I’m gonna try something new here. I’ve had some friends recently ask me for some recipes. I spouted off some nonsense, but in reality, very seldom do I actually use a bonafide recipe. When I meal plan, I have an idea of what to make by looking through my Everyday Food, but then I don’t revisit the recipe. I just use it as a base for ingredients. In any case, there are things that I make repeatedly because they are good and I figured, eh, I’ll share here. First one, homemade paneer.
Hello Bianca, I don’t really know what paneer is. Can you help?
Sure! Paneer is a South Asian type of cheese rich in milk protein. I find the texture amazing. There isn’t much flavor, per se, but it totally soaks up flavor in whatever dish you prepare, which makes it all the more delicious! You can buy it at the store, BUT if you don’t live near any Asian/Indian/Indo-Pak/Pakistani markets, then you wouldn’t find this stuff. Here’s how you can make your own paneer:
1/2 gallon whole milk (remember Moo Mondays at Central Market, half off milk!)
1 to 3 tablespoons of white vinegar (you can use any type of acid like lemon juice)
cheesecloth over a strainer
container (like a pyrex dish) to mold your paneer
- Bring the milk temperature to just below boiling and turn off your heat. This is when those tiny bubbles start to form. It’s a short time from when that happens and when it is rolling to a boil. I usually add a pinch of salt. You can stir it as it cooks. You can also enlist the help of your 5 year old to stir and pretend you are witches over a boiling cauldron. This is great until your almost 2 year old wants to help and stir too, and then they will both start to fight over who gets to stir more, which will eventually lead them to bickering. In which case, you try to settle with an alternative food snack since you are in the kitchen, after all, and all is well until you maybe burn your milk a little bit.
- Add your vinegar to the milk one tablespoon at a time, stirring after each time. (This is where it gets all fun and science-y!) The curds will separate from the whey. (Those bits of brown in my pot are b/c I was multi-tasking and burnt my milk, but hey, bonus flavor! Remember from earlier??)
Wait a bit to pour over because you could get quite a bit of steam and I don’t want you to burn yourself! In my case, my smallest one had to potty and big sister took her, so I raced off to make sure all was well with them. Once we had all of that done, enough time had passed for me to be able to strain it.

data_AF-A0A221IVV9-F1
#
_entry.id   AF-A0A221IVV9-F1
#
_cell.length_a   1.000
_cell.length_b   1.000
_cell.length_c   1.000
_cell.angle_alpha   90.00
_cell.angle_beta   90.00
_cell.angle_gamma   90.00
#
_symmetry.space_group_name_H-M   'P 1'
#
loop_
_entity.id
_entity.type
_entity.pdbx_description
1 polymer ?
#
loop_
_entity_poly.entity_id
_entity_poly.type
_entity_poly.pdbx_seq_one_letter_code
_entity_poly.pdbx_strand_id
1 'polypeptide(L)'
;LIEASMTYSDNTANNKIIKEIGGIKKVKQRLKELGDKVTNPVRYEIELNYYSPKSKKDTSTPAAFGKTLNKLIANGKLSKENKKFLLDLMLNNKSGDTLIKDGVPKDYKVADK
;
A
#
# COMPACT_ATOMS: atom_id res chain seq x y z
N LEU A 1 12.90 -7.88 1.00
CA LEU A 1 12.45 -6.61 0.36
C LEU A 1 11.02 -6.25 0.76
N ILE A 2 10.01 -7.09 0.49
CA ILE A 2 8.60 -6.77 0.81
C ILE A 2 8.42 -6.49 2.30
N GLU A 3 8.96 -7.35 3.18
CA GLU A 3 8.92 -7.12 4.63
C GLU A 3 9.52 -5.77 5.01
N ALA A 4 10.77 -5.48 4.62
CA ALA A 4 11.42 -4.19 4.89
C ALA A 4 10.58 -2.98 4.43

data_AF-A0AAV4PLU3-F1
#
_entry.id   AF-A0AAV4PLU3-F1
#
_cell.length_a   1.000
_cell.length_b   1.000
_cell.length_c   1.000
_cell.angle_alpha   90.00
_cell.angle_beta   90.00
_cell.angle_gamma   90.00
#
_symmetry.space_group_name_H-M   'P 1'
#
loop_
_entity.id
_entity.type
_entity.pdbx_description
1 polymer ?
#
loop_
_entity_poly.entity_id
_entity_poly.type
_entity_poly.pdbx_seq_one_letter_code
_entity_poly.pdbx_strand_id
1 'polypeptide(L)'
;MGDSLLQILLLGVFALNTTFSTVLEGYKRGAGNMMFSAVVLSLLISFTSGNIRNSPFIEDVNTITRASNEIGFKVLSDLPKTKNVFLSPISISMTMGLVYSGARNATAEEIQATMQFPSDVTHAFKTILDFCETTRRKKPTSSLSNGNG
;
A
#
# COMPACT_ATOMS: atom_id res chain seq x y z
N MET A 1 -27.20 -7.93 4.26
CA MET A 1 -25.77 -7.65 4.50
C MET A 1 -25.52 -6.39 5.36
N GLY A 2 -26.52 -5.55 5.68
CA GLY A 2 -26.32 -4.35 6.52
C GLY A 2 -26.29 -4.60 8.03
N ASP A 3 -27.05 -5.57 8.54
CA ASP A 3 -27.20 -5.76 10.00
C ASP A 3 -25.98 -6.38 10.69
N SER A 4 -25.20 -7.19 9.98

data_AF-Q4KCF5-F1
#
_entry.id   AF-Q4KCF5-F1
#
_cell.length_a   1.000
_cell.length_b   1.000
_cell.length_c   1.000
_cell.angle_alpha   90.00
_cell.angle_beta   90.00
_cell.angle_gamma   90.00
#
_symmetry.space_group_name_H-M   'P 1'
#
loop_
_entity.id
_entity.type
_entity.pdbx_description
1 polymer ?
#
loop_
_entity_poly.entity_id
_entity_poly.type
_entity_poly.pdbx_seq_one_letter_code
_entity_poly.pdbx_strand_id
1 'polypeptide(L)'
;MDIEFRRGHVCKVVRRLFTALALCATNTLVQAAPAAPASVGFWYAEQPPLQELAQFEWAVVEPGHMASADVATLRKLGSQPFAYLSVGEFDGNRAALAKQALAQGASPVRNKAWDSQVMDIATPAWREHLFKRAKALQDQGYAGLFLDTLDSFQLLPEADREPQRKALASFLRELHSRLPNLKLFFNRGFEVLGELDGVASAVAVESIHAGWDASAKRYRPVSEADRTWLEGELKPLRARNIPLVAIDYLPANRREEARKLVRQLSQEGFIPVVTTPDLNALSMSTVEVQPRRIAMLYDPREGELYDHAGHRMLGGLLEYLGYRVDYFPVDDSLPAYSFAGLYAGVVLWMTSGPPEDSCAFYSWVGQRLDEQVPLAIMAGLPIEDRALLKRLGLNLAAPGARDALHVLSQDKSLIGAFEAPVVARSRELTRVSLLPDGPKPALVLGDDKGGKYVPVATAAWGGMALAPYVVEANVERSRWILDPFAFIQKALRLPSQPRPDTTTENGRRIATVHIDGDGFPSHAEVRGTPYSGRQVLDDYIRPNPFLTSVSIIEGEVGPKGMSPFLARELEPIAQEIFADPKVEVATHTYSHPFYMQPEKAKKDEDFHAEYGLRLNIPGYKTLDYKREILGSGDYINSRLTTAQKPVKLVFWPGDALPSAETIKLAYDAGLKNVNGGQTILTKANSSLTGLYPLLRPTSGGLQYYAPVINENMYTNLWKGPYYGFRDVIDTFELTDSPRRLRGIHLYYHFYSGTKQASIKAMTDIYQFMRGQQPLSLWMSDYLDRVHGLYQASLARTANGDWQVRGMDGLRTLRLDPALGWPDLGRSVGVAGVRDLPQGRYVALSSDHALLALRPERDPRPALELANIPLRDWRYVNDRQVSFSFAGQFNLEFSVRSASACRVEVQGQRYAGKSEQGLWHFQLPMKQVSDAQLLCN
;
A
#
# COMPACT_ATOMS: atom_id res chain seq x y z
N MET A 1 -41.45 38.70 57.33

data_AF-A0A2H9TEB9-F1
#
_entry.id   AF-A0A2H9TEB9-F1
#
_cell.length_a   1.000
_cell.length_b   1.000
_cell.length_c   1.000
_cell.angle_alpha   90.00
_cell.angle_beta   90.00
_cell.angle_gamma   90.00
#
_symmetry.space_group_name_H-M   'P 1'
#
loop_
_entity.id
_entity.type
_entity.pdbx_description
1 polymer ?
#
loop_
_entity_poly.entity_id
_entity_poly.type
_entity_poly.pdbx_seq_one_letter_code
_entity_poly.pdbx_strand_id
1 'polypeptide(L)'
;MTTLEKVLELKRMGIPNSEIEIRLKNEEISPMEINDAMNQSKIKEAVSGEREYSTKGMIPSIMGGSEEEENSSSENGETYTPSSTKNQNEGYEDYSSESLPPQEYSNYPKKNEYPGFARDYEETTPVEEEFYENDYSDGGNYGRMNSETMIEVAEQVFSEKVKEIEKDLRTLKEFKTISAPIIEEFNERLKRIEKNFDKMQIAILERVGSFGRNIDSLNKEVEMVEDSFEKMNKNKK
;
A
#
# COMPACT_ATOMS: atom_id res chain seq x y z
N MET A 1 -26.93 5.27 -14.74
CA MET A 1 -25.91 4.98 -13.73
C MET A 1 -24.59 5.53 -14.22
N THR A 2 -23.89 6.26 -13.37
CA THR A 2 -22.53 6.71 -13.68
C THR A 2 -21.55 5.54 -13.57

- Now pour the mixture into the cheesecloth covered strainer. (I don’t have a photo b/c I forgot to snap one during this step because the house was eerily quiet and I was rushing to strain my curds from whey because things are too quiet!! All was well. The 5 year old covered the nearly 2 year old with some lotion on her hair because “she needed a style, mommy” ‘eh, extra conditioning and a nice smelling head never hurt anyone.)
Note: When you do this, have it over a bowl so you can save all of that whey*.
- Try to strain out as much of the whey from the curds as possible. Transfer the curds into your pyrex dish and spread to your mold. Set in the refrigerator overnight or up to a week from when you will use the curds. Again, the brown spots in mine were from where I burnt the milk. It’s ok, it won’t compromise the flavor, just the look. Mine isn’t in the cheesecloth just for the sake of the photo. I typically leave it wrapped and press it flatter with a pickle jar just to really get it into that rectangular shape.
You can eat the curds immediately. Collectively, it looks almost like ricotta. When it is warm, I’ve given it to my girls and they think it is a warm cheese treat. Also, they know when I pour the whey into mason jars we will be having pancakes and soup soon! whey pancake recipe coming soon!
*Whey is still highly nutritious and can be used in a variety of ways. Don’t waste your whey! My friend Dadthebaker taught me that!
Now go on out and make some paneer. You’ll feel like a scientist in the kitchen!